Coalition says teens, reefer don’t mix

‘It’s legal, now what?’


LOOKING OUT—From left, Laurie Jackson, Kirsti Thompson, Claudia Nagatoshi, Carol Chavez and Sami Tamburro lead a group that wants to make sure youth are protected from the new recreational marijuana law. Courtesy photo

LOOKING OUT—From left, Laurie Jackson, Kirsti Thompson, Claudia Nagatoshi, Carol Chavez and Sami Tamburro lead a group that wants to make sure youth are protected from the new recreational marijuana law. Courtesy photo

Even before the recreational use of marijuana was legalized in California last year, the drug was readily available.

Easy-to-obtain medical cannabis cards and the proliferation of dispensaries throughout the Los Angeles area made the substance as commonplace as beer and cigarettes.

But as use of the drug becomes more socially acceptable, some parents fear that adolescents and teens will lose sight of pot’s ill effects, especially its impact on still-developing brains.

Newbury Park resident Claudia Nagatoshi founded the Coalition for Substance Use Prevention earlier this year to help educate both parents and young adults about the dangers of viewing marijuana as a harmless vice.

On Nov. 15 in Westlake Village, the organization hosted an event titled “It’s legal, now what?” to address the impacts legalization will have on local communities.

“We want to empower the youth to make the right choice. Between the age of 12 and 24, when their physical and mental development is happening, when they use drugs it impacts that development, and we don’t want that,” Nagatoshi said. “If they’re going to use drugs, we want them to at least hold off until they are fully grown adults. That’s why we’re here. We are not saying, ‘Don’t do it,’ we’re just here to give them the tools for them to make the right decision.”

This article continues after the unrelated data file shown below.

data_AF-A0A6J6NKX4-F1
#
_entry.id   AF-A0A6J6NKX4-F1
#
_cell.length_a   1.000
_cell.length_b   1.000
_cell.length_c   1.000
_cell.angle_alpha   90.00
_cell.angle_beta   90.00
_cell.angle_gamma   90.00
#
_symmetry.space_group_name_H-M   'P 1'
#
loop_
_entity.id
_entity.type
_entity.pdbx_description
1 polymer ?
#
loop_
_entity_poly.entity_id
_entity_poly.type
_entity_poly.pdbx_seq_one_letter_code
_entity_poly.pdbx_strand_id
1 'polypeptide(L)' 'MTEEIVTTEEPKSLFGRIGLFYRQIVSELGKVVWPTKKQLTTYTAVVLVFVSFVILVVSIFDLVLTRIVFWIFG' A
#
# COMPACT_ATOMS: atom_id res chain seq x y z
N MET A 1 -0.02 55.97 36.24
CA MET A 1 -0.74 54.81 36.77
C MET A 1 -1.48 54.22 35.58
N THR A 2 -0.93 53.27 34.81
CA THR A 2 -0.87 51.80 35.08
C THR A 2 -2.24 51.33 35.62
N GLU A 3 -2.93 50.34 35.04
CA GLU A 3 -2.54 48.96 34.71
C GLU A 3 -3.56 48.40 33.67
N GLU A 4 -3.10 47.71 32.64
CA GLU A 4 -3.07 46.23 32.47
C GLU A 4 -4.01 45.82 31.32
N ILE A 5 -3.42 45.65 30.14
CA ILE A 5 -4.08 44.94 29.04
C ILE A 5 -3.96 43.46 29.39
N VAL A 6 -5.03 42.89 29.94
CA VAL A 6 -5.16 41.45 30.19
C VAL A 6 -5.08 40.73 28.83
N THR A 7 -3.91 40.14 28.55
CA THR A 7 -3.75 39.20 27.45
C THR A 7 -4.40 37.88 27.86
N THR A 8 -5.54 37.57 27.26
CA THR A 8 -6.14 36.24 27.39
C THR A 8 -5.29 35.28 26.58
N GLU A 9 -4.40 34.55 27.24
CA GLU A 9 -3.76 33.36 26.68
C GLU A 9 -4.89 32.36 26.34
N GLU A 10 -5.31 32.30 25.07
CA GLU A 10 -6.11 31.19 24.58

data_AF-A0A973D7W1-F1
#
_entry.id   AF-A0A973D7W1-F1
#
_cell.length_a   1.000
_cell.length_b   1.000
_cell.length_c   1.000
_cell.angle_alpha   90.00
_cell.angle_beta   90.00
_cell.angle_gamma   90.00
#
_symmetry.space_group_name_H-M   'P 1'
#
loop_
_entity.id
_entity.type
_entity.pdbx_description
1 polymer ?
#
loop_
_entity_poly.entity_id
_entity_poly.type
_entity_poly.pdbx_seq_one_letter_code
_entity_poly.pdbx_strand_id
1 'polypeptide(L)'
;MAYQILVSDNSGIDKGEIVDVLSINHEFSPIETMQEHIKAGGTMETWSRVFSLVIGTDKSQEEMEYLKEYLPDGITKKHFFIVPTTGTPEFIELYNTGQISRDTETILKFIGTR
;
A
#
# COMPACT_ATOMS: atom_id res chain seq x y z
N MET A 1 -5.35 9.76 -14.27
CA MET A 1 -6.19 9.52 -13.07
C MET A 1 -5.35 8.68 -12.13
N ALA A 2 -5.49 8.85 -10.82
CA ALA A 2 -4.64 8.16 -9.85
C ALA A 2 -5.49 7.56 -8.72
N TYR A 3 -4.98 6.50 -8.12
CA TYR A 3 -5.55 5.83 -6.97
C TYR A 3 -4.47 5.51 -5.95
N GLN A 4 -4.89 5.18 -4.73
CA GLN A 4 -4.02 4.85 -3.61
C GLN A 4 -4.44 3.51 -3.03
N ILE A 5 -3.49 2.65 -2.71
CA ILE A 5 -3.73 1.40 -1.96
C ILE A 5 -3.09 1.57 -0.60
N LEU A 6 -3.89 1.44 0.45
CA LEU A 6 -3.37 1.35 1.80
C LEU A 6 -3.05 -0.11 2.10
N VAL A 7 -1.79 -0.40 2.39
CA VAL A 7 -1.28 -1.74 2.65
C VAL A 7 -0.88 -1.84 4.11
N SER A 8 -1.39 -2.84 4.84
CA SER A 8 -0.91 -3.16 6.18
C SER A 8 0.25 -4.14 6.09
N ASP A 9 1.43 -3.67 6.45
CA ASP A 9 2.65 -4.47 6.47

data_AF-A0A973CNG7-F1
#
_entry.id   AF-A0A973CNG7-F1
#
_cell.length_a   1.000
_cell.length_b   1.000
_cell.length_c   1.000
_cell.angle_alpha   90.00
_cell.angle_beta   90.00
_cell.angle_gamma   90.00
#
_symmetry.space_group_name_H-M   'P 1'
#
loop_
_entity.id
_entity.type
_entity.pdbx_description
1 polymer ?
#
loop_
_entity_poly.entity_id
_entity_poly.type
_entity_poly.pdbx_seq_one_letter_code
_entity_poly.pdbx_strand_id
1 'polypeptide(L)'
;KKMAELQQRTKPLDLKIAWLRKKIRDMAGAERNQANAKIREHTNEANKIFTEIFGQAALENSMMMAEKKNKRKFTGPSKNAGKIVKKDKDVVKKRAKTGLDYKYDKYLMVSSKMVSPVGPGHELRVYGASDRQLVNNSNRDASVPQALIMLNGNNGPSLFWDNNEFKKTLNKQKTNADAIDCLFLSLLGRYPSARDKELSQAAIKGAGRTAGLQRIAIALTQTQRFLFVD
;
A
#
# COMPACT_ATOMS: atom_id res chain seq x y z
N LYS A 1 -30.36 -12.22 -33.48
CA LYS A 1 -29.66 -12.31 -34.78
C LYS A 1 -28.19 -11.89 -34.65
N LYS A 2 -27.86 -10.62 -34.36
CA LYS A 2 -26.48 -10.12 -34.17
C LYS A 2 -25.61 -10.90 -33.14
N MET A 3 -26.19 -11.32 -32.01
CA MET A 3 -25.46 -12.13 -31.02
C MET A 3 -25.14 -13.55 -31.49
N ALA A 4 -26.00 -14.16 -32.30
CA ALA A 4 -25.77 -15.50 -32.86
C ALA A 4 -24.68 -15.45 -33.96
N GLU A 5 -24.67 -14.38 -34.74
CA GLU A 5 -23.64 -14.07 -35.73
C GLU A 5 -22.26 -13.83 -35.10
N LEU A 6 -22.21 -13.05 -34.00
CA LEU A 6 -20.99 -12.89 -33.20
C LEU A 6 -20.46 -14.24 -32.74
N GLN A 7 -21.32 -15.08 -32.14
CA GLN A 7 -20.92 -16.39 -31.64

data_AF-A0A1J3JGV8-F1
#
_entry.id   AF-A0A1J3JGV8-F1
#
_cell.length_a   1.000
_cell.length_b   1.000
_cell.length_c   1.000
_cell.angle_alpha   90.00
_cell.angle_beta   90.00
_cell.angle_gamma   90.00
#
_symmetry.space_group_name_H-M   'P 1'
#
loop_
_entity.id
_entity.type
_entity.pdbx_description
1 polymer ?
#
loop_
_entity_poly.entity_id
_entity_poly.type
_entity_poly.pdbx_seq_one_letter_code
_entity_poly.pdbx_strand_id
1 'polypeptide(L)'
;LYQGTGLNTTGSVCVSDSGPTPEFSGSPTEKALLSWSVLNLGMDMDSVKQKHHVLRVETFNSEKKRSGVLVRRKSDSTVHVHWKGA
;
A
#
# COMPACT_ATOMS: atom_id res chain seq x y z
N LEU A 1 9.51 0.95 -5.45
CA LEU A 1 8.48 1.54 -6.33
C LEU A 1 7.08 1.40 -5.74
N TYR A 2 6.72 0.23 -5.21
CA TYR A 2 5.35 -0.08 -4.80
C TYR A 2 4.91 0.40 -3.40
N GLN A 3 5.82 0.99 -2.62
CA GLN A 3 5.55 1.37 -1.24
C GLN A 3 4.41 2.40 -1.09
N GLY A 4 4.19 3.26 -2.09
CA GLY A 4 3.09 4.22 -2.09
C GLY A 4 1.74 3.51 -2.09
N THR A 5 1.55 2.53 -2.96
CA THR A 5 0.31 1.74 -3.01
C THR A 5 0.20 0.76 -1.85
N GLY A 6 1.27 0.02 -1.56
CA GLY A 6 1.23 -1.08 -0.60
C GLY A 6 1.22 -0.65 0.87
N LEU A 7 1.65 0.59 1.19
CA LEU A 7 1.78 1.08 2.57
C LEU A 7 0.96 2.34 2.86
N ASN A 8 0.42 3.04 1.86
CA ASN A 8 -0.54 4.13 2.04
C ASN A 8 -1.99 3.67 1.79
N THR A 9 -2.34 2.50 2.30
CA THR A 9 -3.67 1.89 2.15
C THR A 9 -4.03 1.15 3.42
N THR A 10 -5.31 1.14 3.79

A 2017 study by the American Academy of Pediatrics found that adolescents who regularly use cannabis are more likely to experience slower mental processing speeds and decreased intellectual capacity.

The November meeting was attended by 15 people. It featured a presentation by Capt. Don Aguilar of the Ventura County Sheriff’s Office and a Q&A session with a therapist who leads local sobriety meetings.

“Families owe it to their kids to say, ‘Here are some of the consequences that can happen if you make these choices.’ One bad decision down the road could lead to jail or medical problems,” Aguilar said.

His presentation addressed local cities’ approaches to legalized use, such as Thousand Oaks officials’ decision to allow a medical marijuana dispensary to operate within the city.

He also spoke to the still undetermined methods of policing legalization, chief among them the lack of a legal standard for driving under the influence of marijuana. While California set a standard for blood alcohol content to determine if a driver is drunk there is no equivalent test for cannabis.

Colin Keller, a therapist with Engage Treatment Programs, a Westlake Village-based therapy organization, answered audience members’ questions about marijuana use.

Through his work helping kids get sober, he said, he’s seen that misconceptions about the drug can lead to usage that is ultimately harmful.

“The perception of the harmfulness of marijuana has gone down, and that’s led to a rise in usage,” Keller said. “There’s been this hippie mentality from the ’60s, ‘peace and love’ and all that, and working with kids who are really dependent on marijuana has shown me that marijuana potency is a big issue. It’s much more potent than it was back then. I’ve seen (heavy use) exacerbate anxiety and depression, and lead to suicidal thoughts.”

Keller said the best way for parents to approach their kids about drug use is with a nonjudgmental attitude, to make their children feel comfortable opening up.

The Coalition for Substance Use Prevention is planning to host more of these events.

Nagatoshi, a preschool teacher, said she founded the coalition because she didn’t want to see the future of the young people in her community be impacted by substance use. The organization works with numerous local drug-awareness groups, including Straight Up Ventura, Break Through and Not One More.

“I saw a picture that said, ‘Drugs gave me wings to fly, but they took away my blue sky.’ Every time I say it, it just gives me chills,” Nagatoshi said. “I don’t want anyone to not see the beauty of life.”